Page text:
(9-5-21) The amended version of North Carolina House Bill 91, which looks to reform the N.C. High School Athletic Association (NCHSAA) instead of dissolving it, continues to move forward thru the legislation process.

From July 2021 – NC senator speaks on NCHSAA bill proposal (WCNC-TV You Tube Video)

The NC Senate gave initial approval to HB 91 this past Wednesday, but it will still have to pass a full vote this week before heading back to the House. Should it pass in the House, it will go to the desk of Gov. Roy Cooper for his signature or veto.

HB 91 is unanimously supported by Senate Republicans and opposed by the NCHSAA and many Democratic Senators, although five out of the 22 voting to approve the bill.

The legislation states that the association will have to accept financial and administrative changes if it wants to continue in its role.

The measure instructs the NCHSAA and the State Board of Education to come up with a written agreement by mid-October on how the association will carry out board policy on interscholastic sports.

Proposed Changes

The NCHSAA would be required to publish proposed changes to game-play and penalty rules on its website and allow for public comment, and apply and enforce rules set by the board of education, which would have the authority to deem any rule proposed by the NCHSAA unenforceable.

It would also require the association to comply with open records and public meetings laws and apply federal privacy standards to student records, adopt an internal ethics policy that would “(require) board members to avoid conflicts of interests and the appearance of impropriety,” and submit to an annual audit by the North Carolina state auditor.


The NCHSAA (had $42 million in assets as of last year) would be prohibited from charging unreasonable fees and required to reduce annual fees for member schools by at least 20% if the association’s fund balance reaches 250% of its expenses from the previous year, and prohibited from retaining more than 33% of the net proceeds from any state tournament games.

It would also be prohibited from soliciting grant funding or sponsorships for anything other than state tournaments, and prohibited from regulating or controlling the intellectual property of schools, including team logos, mascots and the audio or video of games outside state tournaments, and prohibited from designating preferred vendors for member schools to purchase equipment from.

Classification of Schools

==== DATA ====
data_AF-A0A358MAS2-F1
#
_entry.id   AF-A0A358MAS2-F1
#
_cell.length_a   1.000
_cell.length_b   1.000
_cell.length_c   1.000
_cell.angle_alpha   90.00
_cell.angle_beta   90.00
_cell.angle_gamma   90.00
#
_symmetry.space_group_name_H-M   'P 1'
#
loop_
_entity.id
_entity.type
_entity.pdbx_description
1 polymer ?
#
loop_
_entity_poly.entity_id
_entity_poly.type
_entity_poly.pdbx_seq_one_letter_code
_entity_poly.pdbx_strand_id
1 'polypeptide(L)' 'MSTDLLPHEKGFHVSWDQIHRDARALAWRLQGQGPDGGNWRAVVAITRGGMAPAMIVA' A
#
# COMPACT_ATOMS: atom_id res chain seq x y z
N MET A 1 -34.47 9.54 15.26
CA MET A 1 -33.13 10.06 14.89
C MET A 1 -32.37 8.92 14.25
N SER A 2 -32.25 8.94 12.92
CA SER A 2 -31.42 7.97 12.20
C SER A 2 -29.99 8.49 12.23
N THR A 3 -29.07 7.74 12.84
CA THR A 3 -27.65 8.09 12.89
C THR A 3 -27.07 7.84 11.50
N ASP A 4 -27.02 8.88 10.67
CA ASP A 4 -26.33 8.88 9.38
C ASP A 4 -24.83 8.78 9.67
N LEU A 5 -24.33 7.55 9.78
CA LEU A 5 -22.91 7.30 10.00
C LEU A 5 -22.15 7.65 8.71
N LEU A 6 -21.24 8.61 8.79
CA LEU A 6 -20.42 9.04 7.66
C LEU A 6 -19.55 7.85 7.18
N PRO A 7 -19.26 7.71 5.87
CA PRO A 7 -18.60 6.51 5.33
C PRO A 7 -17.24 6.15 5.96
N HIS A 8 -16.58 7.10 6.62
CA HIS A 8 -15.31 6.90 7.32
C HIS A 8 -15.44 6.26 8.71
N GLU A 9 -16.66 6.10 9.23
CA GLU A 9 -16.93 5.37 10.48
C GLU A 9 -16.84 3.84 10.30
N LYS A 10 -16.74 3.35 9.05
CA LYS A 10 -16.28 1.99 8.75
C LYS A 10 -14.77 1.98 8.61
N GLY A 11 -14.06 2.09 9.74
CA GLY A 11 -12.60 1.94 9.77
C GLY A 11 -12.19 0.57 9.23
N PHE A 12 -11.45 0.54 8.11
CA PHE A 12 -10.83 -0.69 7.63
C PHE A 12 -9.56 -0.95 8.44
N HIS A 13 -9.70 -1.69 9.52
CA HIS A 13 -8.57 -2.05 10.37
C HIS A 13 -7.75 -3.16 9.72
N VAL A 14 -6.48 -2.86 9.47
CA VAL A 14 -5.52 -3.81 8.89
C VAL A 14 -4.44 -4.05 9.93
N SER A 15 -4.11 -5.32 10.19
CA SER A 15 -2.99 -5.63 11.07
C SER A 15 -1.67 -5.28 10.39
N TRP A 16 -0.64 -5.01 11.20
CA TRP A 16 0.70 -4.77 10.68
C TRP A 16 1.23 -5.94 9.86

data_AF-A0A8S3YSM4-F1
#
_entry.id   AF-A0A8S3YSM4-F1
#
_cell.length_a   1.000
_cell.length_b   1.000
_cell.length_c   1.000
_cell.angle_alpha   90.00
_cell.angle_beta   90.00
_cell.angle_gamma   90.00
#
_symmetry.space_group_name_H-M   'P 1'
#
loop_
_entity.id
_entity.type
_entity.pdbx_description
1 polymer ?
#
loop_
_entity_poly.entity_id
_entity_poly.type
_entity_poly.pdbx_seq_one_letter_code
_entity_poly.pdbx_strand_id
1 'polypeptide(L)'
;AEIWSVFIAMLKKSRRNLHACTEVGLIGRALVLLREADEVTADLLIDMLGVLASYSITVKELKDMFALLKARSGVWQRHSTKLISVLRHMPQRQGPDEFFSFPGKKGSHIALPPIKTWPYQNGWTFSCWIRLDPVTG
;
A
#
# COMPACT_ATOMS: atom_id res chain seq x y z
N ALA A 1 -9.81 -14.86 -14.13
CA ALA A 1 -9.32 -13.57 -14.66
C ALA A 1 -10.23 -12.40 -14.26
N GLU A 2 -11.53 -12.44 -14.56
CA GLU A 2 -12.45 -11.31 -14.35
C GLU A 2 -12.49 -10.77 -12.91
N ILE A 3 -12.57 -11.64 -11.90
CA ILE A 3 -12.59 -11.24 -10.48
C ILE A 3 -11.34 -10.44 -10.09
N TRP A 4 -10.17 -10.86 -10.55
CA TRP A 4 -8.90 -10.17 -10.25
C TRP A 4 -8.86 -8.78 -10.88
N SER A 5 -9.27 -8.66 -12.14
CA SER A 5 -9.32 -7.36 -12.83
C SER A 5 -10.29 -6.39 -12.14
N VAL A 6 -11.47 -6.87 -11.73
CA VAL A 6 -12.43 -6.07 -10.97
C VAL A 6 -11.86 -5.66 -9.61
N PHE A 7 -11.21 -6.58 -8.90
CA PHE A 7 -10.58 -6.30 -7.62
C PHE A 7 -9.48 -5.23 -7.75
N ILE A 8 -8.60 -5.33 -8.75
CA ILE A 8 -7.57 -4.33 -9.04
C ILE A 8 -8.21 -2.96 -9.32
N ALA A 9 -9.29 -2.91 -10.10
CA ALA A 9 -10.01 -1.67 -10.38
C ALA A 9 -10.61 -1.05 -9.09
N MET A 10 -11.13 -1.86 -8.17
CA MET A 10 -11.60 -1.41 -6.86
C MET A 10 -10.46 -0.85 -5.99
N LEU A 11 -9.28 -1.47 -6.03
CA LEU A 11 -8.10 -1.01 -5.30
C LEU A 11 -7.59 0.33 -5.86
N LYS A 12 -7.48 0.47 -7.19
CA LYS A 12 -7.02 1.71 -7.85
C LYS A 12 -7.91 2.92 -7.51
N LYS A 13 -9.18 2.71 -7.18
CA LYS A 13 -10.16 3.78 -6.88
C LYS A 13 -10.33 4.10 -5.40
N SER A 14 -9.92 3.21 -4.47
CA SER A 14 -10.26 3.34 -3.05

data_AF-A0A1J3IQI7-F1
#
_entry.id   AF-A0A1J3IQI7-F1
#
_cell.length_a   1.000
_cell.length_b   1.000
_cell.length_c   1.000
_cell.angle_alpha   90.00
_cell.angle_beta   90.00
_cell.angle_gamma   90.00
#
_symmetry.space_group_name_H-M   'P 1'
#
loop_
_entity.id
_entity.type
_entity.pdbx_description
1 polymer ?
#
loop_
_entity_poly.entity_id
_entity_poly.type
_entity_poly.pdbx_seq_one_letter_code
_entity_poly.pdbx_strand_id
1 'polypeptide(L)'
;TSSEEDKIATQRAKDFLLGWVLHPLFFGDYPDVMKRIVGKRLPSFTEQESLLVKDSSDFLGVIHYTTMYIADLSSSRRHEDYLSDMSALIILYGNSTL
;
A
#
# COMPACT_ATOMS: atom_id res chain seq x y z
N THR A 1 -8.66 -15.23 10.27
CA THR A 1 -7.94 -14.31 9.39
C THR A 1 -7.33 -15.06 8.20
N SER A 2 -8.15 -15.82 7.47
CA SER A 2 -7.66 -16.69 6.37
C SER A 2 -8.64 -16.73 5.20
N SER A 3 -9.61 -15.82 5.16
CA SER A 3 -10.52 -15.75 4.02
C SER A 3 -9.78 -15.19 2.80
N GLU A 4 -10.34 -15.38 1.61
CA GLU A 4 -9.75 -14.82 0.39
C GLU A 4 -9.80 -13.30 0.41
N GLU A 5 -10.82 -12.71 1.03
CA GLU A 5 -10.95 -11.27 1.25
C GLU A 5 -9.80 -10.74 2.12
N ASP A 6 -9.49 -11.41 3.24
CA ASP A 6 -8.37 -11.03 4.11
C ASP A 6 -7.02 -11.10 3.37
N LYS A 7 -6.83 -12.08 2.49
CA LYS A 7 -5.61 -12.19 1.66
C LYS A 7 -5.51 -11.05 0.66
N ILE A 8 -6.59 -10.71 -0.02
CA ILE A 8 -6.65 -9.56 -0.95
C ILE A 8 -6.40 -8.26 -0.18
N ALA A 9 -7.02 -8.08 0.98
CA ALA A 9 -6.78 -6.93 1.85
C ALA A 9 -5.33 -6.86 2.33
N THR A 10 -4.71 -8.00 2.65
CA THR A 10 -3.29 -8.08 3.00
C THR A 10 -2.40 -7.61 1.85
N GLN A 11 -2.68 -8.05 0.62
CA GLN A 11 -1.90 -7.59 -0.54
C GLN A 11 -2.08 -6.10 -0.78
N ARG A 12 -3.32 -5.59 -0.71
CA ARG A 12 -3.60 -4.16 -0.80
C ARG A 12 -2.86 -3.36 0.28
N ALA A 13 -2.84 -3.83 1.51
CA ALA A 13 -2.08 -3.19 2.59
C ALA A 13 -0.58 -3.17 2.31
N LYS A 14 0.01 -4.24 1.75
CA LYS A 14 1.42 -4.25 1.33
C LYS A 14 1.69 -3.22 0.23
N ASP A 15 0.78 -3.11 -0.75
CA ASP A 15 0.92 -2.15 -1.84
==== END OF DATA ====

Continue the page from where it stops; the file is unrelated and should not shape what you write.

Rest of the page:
It would allow charter and non-public schools to continue participating in the NCHSAA, but those athletic programs would bump up a classification.

All classifications would be determined based solely on enrollment. The bill states that four classifications would be used, which is something the NCHSAA membership has attempted to change in recent years as the number of member schools continues to grow.

NCHSAA August 29th Special Board Meeting


What started as complaints from upset parents to a Senator’s office has now become a bill that passed the Senate floor this week. Three Senate Republicans led two oversight committees earlier this year to investigate the finances and operations of the North Carolina High School Athletic Association, which is the organization governing high school sports in the state. Out of the committees came House Bill 91. The bill originally would have disbanded the relationship between public and charter schools and the NCHSAA completely, but after school athletic directors and officials voiced opposition, Senators revised the bill. The version that passed the Senate floor Wednesday would require the NCHSAA and the State Board of Education to come up with a written memorandum of understanding on how the organization will carry out board policy on interscholastic sports. The memorandum would enforce the notion that the NCHSAA is a public body which is bound to public records and open meeting laws. The ability for the association to assess fees on member schools would be controlled, and any fees would be subject to appeal by an independent panel. Lastly, in response to a complaint by Sen. Vickie Sawyer (R-Iredell) who said the oversight committees heard from schools and parents who were fined for livestreaming games during the pandemic, the memorandum would prohibit the restriction on athletes’ parents being able to record games.

The NCHSAA leaders do not support the bill and said they have already complied with reforms requested by the Senators. Five Democrats joined all Republicans Wednesday to vote for the bill. There was an objection to third reading, meaning the Senate must wait to consider the bill for a final voice vote when it next convenes.

NOTE: The North Carolina Independent Schools Athletic Association (NCISAA) oversees independent schools throughout the state of North Carolina who desired the opportunity to compete for state championships in various sports. This bill will not affect them.